A crucial part of my preparation for the Iron Distance race this year was to have a plan for after the event. That was something I didn’t do the first time, despite having the example of my partner’s experience with the post-Ironman-letdown in front of me. Looking back, I think I was simply so overwhelmed by the Ironman training (even though I kept telling myself that I wasn’t really overwhelmed) that I just had no mental or emotional energy to try and think about what would happen afterward. The post-Ironman depression is a real issue and not just for first-timers; I’ve seen it strike experienced and novice athletes alike. You finish the Ironman, it is an epic experience, you are pumped, you vow to just take a couple of weeks off and then get back into training, maybe pick up some late-season races. . .and before you know it, it is January, and you are sitting slumped on a couch in your underwear and pulling navel lint out of a belly that has doubled in size in two months.
But enough about me.
Ok, well maybe some more about me.
Physically, the recovery has been going pretty well. I felt muscularly shitwrecked for a couple of days but then bounced back pretty quickly. After all, even for something epic like an Ironman, you have trained for it (radical idea!) and a key part of the training for any athletic event is that you can complete it without destroying yourself. After all, most people could probably go out and complete a marathon tomorrow. . .but whether they would ever walk again is the question. To be sure, there are physical after-effects. Even while biking I felt for about three weeks afterward that I just generally didn’t have that indefinable “edge.” Moreover, when I pushed myself in the least (trying to pick up my pace, doing a stiff climb) I really felt the fact that my body had been emptied out and was still refilling. Your muscles recover pretty quickly, but distance events really beat you up on the cellular level; it takes a surprisingly long time just to replenish your base stores of glycogen, for example.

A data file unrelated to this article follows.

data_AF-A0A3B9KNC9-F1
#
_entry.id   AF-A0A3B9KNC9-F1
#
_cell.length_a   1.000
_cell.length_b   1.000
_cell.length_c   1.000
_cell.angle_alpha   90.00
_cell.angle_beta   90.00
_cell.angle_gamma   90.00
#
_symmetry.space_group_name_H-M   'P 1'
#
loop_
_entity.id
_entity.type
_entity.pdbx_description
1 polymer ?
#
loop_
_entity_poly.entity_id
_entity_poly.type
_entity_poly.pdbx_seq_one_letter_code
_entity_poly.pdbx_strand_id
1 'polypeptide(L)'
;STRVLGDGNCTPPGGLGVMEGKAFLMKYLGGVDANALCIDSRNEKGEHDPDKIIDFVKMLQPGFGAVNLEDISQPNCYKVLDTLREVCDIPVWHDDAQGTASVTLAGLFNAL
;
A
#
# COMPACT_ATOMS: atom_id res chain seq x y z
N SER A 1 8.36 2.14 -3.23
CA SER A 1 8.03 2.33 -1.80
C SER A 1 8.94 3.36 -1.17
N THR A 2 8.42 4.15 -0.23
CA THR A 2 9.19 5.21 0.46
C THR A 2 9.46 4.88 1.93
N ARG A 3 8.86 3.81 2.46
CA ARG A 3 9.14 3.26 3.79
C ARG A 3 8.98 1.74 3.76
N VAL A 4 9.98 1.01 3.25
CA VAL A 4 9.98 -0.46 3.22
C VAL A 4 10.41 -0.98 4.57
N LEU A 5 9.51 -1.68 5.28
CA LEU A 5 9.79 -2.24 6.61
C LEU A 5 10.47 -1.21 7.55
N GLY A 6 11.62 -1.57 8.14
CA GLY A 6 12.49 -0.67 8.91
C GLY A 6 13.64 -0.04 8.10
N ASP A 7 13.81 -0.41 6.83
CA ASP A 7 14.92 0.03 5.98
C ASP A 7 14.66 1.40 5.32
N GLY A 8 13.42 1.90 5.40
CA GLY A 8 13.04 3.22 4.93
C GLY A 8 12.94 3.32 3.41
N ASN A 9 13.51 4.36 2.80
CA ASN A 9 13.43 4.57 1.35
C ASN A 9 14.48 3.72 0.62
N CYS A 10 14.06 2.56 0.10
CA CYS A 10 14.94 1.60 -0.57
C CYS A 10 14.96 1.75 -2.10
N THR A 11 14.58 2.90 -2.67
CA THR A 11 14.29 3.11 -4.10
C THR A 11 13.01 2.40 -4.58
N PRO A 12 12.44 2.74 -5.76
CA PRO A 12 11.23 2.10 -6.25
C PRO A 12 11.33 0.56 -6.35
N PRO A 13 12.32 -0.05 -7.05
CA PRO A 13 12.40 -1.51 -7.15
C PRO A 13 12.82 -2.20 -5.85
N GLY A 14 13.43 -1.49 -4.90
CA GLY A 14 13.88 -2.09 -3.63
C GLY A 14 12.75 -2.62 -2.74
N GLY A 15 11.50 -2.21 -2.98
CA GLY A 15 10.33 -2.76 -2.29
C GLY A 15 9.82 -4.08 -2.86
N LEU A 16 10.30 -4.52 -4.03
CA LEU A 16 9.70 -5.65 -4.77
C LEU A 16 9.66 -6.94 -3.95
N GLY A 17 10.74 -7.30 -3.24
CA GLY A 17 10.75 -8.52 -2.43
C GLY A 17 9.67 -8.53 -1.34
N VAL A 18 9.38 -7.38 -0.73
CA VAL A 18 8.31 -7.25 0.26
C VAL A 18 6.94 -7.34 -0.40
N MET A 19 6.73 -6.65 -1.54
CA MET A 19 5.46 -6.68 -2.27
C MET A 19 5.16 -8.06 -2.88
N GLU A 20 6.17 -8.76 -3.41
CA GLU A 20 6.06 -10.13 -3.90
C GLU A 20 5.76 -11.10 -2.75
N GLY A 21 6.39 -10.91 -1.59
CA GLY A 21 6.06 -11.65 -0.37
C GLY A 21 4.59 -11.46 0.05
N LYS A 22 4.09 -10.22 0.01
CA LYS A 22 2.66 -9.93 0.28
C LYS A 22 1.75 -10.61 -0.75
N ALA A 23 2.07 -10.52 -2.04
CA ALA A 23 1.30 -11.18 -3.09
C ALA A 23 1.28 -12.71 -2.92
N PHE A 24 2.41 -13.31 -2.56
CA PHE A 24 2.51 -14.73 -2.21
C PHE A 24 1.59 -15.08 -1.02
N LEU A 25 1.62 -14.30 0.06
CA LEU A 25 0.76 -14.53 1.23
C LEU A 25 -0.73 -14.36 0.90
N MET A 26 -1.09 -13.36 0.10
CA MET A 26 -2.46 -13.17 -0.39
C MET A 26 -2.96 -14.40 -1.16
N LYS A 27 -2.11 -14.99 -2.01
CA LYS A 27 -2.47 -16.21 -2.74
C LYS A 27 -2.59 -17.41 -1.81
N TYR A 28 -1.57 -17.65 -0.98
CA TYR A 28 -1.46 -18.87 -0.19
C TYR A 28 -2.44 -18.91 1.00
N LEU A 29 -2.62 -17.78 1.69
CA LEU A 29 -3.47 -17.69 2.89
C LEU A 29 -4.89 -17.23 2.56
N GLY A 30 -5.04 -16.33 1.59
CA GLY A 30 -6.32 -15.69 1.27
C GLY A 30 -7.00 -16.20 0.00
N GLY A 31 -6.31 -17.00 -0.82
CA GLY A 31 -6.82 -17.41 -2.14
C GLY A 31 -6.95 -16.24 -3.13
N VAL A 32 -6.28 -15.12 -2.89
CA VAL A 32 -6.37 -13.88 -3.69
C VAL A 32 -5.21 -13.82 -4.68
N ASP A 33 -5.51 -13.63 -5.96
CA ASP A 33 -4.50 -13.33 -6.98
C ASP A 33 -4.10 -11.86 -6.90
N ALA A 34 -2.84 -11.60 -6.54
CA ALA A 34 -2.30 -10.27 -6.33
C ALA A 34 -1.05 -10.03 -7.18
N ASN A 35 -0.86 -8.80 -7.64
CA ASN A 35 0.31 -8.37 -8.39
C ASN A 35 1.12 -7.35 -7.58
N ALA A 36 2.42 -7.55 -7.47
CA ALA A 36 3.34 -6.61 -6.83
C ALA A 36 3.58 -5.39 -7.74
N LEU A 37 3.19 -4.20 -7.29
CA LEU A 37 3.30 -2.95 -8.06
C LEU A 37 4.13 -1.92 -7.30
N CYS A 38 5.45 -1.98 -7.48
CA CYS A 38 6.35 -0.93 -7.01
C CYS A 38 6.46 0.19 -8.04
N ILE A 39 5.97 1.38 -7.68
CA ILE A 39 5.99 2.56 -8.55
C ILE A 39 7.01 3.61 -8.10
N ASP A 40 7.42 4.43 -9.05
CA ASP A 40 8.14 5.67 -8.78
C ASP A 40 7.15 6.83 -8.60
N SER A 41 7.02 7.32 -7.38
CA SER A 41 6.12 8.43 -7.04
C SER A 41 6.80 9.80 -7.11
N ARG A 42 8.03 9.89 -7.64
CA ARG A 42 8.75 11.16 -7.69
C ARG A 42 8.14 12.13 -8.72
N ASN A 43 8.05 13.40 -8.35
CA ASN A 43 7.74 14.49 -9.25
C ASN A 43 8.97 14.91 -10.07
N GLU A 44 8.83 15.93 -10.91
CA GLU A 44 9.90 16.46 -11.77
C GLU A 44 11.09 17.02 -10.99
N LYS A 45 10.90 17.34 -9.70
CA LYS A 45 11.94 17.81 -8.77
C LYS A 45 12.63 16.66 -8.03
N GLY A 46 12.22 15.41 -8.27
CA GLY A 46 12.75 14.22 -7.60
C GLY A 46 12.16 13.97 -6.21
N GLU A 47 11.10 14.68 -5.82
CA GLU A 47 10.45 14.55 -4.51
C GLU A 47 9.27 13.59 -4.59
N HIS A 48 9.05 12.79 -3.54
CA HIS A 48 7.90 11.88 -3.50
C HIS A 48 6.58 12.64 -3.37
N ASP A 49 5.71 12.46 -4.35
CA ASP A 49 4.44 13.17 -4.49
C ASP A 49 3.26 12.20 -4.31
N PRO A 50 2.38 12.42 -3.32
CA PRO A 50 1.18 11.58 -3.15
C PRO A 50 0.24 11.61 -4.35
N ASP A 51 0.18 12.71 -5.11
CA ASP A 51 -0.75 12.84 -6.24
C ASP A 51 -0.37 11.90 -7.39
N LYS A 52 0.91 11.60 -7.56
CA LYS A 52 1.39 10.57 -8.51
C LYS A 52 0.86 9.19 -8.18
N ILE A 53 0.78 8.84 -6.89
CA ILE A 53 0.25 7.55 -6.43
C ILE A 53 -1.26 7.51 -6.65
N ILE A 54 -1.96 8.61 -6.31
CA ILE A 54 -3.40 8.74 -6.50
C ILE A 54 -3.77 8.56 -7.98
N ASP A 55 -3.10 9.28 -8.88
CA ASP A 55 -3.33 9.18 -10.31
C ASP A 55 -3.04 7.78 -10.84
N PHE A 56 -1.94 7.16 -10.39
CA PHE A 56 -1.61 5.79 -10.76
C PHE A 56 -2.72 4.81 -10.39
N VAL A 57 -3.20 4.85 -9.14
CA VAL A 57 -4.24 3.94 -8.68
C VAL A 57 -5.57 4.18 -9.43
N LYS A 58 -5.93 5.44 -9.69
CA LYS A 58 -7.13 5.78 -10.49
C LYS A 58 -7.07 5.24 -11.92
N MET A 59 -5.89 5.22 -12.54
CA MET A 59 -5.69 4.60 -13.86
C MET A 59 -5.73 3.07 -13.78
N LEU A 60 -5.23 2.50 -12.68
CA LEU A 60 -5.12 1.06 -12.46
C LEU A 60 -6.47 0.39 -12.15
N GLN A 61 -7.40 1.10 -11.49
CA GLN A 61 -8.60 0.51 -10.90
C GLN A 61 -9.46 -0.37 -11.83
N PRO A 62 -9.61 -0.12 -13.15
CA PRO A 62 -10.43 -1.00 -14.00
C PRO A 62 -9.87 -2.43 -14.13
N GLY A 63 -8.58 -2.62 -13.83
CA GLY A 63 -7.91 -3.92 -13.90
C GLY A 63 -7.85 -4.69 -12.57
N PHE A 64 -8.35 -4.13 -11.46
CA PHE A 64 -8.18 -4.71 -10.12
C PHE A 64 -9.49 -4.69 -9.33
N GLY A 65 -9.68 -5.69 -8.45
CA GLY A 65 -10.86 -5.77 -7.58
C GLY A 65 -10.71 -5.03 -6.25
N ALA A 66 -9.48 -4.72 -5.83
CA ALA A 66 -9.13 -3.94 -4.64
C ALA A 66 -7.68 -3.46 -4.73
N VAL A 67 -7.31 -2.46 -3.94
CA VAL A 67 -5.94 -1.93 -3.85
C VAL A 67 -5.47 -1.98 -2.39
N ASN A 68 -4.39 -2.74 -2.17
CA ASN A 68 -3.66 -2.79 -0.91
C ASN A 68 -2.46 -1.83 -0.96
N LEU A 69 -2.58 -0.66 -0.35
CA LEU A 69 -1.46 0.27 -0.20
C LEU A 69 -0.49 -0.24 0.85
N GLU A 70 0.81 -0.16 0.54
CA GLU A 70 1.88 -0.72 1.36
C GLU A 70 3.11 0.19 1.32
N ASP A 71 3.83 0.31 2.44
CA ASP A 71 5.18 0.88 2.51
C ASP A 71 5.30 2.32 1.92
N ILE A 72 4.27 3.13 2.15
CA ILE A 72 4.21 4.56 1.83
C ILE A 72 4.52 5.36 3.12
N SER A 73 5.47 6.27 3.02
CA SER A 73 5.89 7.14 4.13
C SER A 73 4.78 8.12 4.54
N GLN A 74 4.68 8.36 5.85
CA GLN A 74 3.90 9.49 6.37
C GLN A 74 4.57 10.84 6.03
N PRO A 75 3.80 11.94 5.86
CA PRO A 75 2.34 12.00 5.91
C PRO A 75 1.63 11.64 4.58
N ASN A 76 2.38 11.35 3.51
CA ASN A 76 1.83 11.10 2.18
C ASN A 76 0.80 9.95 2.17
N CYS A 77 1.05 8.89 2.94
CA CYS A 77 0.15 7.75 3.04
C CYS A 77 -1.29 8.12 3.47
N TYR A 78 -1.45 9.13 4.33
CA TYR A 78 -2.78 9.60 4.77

Mentally, I’ve felt strong and motivated. I haven’t felt like resting on my laurels, I’ve been keen to get back into working out. I’ve even been–and no one is more surprised by this than I–going back to the pool on a regular basis. I haven’t been pushing it by any means. When I’ve been really tired physically or mentally I’ve slept in or flagged the occasional workout. That has not, however, ended up in a long slide of increasing activity that eventually culminates with me face-down in a vat of Halloween candy.
I am mindful of the fact, however, that while this is a lot more active and motivated than I was after the last Ironman, the post-IM depression really hit me last time around Christmas. So I’ve been pushing ahead (well, tottering ahead, for reasons that I’ll discuss in a minute) with my post-race stimulus package: the plan to ride at least one century every month for a year, with every century in a different state. The logic here is simple. Biking is fun. More biking equals more fun.
I first came up with this plan at the beginning of this year, and I describe the rationale for it in “The Post-Game Show.” Merely having this plan was a huge benefit for my training this year. This was in large part because as I began to do a little research and work out some of the logistics in my head I began to realize that pulling this off was actually going to be a lot more difficult than I had imagined. I certainly didn’t underestimate the Iron Distance race, but I was always, in effect, looking past it, seeing it as a stage in something else I was doing rather than the end of a journey.